Taking on the role of a professional Game Master might seem like a daunting task. Some of the best make it look like you need to be a rules expert, dynamic combat designer, and show-stopping performer all in one. And while it does pay to up your skills, you don’t need to be Matthew Mercer right from the get-go. Instead, you’re better off focusing on building a solid foundation. For today’s slice of GM advice, that means providing the best audio and video output possible.
Prioritize Audio Over Everything Else
If you’ve ever dabbled in podcasting, you’ve heard this one before. Sound quality is what makes or breaks a new show. And by “sound quality” I don’t mean epic soundboards for spell effects or immersive music. Those help, but the beginning and end of a great TTRPG session is the GM’s storytelling. Your voice is the one players will hear for 3-4 hours, so you better make sure it comes out loud and clear.
Most of us came out of 2020 with a decent microphone for Zoom calls. This will come in handy as most StartPlaying users sign up for online games where playing remote is the only option. Something like a Blue Yeti or Roccat Torch will work and both are very easy to use. I’d also recommend a wireless headset that connects to your computer through Bluetooth, especially if you have pets (my kittens love to sit on my lap and chew at my headset cable mid-session).
USB microphones have been around long enough that they provide decent sound right out of the box. Still, you might want to download a free software like Audacity and spend a half hour or so just recording yourself. Try adjusting the gain knob on your mic or the input in your PC settings with the goal of eliminating any kind of echo or feedback sound. Be sure to keep your gain as low as you can so that your players aren’t getting background noise like kids screaming or police sirens passing by your window.
Finally, if you really want to be a full-time pro GM, try to rearrange your living space to give yourself privacy while running sessions. Having an isolated room will help cut down on distracting background noise. You can even buy some soundproofing wall panels that reduce echo and add some flair to your GM space.
You Might Not Be Aiming For Critical Role, But Put Effort Into Video Presentation
With video calls now such a prevalent part of our society, we’ve all gotten used to cutting each other some slack. You slept until five minutes before the call and didn’t have time to do your hair? That’s fine, I did too. Cat wanders in front of the camera while you were just getting to the major point of your presentation? Great, everyone loves to see a cute cat. Yet if you’re aiming to become a pro GM, you should hold yourself to a higher standard.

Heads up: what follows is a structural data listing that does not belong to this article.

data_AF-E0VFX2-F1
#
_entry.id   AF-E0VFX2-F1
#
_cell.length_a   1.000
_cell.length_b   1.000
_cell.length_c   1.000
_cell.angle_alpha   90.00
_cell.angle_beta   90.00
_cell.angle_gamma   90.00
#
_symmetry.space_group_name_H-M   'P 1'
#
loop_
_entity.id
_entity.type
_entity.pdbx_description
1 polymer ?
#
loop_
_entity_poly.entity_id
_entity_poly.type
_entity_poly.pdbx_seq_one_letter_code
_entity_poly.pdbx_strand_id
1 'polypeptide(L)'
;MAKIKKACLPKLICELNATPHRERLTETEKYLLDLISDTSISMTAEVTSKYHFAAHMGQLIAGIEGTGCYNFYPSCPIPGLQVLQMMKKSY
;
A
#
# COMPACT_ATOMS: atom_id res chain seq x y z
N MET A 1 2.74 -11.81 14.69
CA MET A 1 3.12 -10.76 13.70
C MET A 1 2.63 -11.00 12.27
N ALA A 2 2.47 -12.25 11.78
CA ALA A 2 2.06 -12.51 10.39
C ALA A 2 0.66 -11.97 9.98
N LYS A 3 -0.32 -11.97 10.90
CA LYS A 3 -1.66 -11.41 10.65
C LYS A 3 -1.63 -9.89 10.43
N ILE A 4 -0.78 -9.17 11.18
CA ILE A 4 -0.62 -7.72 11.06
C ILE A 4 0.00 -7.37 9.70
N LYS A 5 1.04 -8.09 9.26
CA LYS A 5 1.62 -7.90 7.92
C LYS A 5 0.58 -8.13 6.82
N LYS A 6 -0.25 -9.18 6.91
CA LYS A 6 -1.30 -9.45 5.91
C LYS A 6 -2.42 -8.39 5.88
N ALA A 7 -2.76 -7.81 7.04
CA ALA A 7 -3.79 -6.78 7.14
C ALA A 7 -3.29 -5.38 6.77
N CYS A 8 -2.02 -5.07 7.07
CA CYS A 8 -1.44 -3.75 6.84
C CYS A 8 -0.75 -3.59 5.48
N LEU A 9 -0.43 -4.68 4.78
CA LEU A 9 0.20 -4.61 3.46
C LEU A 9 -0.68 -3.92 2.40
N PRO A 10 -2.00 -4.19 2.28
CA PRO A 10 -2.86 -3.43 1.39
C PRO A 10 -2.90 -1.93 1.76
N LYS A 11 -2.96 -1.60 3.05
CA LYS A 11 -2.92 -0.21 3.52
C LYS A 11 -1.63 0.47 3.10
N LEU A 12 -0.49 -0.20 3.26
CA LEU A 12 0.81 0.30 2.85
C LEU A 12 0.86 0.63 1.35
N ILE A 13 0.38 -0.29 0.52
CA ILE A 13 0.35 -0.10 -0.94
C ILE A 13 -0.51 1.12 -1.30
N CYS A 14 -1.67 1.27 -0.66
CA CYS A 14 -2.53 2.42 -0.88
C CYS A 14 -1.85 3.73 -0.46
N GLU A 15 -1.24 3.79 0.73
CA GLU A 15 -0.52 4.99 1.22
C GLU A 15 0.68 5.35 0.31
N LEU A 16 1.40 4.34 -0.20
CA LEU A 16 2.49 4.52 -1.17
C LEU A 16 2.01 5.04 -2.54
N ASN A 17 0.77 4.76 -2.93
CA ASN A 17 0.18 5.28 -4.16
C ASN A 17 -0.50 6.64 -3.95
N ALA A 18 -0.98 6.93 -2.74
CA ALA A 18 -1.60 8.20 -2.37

That’s not to say that I’m advocating for full professional attire–ain’t nobody got time for that. What I do recommend is that you start a video call and take the time to just look at yourself for a minute. Are you at the center of the frame so that the focus is on your facial expressions? If you talk with your hands, is there room for people to see that? How’s your lighting? Ideally, you want a good amount of light behind your computer monitor shining directly on you. And once you’ve set up the ideal camera and lighting situation, how do you feel about how you look? You want to be as comfortable as possible as you guide others into a realm of fantasy and adventure.
After you’ve looked at yourself, take a look at what’s behind you. Is there a plain white wall? An unmade bed with dirty clothes piled on it? Again, I’m not here to be your micromanaging boss. I only want to point out that anything too eye-catching can be distracting for viewers. If you can, try to set up a nice little corner for yourself with maybe a shelf full of RPG books or minis if you have them. Perhaps you can hang a poster or sheet on the wall behind you with muted-yet-interesting colors. If all else fails, there are options in Zoom and Discord to blur out your background or replace it with a static image you upload yourself.
Best On-Camera Practices
Now that you’ve got quality audio and a nice shot set up, the last thing to do is become proficient at being on camera. What does that mean? For starters, where are you looking when you talk? Chances are you’re looking at the Zoom window where your players are or at the virtual tabletop you have set up. Where you want to be looking is directly at the camera. This will create the impression that you’re talking to the players, which goes a long way towards achieving that in-person feel.
Good on-camera etiquette will take practice. Set some simple goals to start with. Try to talk directly to the camera when you’re narrating the boxed text or speaking as an NPC. You can work your way up to more complex scenarios like combat later. Also think about your body language. Do your important NPCs have certain gestures or facial expressions that set them apart? You are working with a small area while sitting at your desk, but you can try to add some emoting here and there.
Achieving good acting technique on camera will be a challenge, especially as you can’t see what you’re doing. It would behoove you to record some of your sessions (with your players’ consent!) and watch how you come across on camera. This will help you pinpoint any awkward habits you have and address them in future sessions. Be easy on yourself, though, your players booked your games for fun first and foremost! These on-camera tips are just here to help enhance the experience.
One last tip: don’t eat on camera! Save the snacks for a break partway through the session.